Our Big Energy Challenge worked on two levels: the technical and the behavioural.

Firstly, we made use of state-of-the-art metering and monitoring equipment to identify which buildings could be made more energy efficient and where energy management could be improved. Hi-tech wireless systems were used, removing the need for expensive hardwiring and allowing trained energy management staff to establish energy usage patterns for each site.

The ‘capital element’ of the funding also paid for the installation of smarter lighting, better insulation and more sophisticated heating controls at various sites.

Secondly – and because technology alone isn’t enough – we worked to raise awareness about energy and change behaviours and attitudes among thousands of employees. This ranged from the simple – encouraging the switching off of lights when appropriate and not leaving office equipment running overnight – to the more sophisticated e.g. the better understanding of heating and cooling systems.

A range of materials was produced, including a website: www.bigenergychallenge.org. [NB this site will close in 2013, but will be accessible on the UK Web Archive here.]

Energy champions
Particularly innovative was the recruitment of around 150 staff from within the council, universities and other organisations as ‘energy champions’. These volunteers – ranging from university professors to council admin staff – received formal training in energy issues and engagement to help them promote the project internally and support their colleagues in efforts to save energy in the workplace.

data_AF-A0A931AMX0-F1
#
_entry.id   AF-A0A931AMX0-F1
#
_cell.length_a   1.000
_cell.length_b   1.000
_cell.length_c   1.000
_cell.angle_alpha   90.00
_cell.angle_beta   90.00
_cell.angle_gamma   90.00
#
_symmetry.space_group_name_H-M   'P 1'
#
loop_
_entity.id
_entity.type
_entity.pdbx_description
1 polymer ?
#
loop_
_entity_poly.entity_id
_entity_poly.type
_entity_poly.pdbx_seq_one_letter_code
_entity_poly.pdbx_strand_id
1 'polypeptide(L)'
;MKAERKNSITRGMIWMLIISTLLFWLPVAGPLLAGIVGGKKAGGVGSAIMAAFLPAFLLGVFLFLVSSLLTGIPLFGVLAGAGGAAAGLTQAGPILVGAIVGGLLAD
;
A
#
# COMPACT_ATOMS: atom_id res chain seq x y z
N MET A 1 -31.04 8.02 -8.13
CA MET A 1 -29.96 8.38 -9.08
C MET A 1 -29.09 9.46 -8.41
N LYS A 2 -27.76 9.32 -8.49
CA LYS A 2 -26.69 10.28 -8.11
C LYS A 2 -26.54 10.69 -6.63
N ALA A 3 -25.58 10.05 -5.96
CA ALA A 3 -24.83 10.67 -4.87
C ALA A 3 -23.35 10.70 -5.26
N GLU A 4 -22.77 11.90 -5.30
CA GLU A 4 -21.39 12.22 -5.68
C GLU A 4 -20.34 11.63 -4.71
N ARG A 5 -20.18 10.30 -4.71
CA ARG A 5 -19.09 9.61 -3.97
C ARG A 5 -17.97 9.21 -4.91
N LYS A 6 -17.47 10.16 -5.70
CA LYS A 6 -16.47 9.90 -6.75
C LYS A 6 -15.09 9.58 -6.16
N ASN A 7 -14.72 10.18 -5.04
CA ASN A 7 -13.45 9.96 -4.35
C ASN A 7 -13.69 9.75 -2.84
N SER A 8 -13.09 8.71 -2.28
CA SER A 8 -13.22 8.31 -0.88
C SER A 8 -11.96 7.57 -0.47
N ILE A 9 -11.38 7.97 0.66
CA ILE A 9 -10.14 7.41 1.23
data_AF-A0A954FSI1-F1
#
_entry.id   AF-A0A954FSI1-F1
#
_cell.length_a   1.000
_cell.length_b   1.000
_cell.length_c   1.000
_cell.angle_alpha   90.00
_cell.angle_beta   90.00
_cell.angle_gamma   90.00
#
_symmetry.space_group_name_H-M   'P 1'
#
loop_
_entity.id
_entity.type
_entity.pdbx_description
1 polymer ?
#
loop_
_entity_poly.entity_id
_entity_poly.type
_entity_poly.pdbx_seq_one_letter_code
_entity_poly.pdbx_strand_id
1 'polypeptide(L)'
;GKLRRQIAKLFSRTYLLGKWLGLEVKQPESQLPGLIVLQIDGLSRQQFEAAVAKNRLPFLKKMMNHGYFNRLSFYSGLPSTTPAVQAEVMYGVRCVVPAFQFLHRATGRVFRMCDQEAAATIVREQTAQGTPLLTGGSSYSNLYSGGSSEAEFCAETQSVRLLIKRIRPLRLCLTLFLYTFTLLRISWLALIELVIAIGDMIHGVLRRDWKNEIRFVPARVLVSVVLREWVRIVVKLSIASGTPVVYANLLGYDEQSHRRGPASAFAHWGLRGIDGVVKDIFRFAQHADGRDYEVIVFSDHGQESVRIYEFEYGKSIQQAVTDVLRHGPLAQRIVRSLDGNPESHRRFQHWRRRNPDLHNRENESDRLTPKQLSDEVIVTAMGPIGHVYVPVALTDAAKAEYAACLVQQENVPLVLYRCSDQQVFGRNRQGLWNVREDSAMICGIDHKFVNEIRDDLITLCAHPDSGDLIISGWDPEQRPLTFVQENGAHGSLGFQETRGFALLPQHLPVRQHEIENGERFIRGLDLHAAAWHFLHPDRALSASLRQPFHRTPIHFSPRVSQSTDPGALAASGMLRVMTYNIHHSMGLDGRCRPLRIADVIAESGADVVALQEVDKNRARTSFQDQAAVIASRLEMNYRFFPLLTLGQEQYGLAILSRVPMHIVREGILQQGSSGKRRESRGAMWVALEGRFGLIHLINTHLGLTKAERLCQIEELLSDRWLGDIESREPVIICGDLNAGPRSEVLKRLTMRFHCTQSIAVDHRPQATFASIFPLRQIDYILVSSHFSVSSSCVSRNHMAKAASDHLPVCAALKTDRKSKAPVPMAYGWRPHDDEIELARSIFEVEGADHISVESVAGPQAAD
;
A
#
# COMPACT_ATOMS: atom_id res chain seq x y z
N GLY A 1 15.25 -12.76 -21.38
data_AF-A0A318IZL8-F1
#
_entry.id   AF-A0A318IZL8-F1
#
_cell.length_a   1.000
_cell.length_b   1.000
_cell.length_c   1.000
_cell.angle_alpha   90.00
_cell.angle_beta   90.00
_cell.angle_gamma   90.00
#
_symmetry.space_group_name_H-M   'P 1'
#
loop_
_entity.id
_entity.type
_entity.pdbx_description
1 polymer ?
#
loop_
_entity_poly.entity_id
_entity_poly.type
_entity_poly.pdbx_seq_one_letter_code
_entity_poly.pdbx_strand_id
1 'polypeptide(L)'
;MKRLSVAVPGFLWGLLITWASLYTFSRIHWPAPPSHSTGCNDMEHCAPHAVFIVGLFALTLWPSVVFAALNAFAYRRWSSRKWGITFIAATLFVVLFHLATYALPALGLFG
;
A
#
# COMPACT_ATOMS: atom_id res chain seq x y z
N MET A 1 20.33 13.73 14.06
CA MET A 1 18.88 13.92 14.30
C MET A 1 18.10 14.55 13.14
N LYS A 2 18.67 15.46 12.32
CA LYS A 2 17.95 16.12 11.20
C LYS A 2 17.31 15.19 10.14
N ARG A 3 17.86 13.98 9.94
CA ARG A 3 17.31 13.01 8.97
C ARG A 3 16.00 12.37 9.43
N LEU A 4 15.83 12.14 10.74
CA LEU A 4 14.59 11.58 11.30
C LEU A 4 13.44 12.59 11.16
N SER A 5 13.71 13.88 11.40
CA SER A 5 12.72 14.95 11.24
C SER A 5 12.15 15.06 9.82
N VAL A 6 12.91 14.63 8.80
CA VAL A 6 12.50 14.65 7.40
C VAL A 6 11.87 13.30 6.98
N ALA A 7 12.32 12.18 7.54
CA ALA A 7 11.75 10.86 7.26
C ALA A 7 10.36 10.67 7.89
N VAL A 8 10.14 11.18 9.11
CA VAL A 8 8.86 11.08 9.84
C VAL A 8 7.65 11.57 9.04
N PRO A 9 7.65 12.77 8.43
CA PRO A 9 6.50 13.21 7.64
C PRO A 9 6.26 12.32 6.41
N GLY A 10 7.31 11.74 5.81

Training for other occupational groups – such as estates, catering, security and sport centre staff – was also undertaken.

So, did it work?
Was the 10% target met? It’s frustratingly difficult to be sure, but we think the answer is ‘yes, it was’. The issue is that until Our Big Energy Challenge put the spotlight on energy use, many of the organisations involved didn’t have accurate records of their energy use and expenditure, so a true benchmark could not be set.

However, we can calculate that the combined savings from the technical measures installed during the time the project ran comes to some 7.5m kilowatt hours per year - representing over 4% of the LSP’s estimated annual energy use.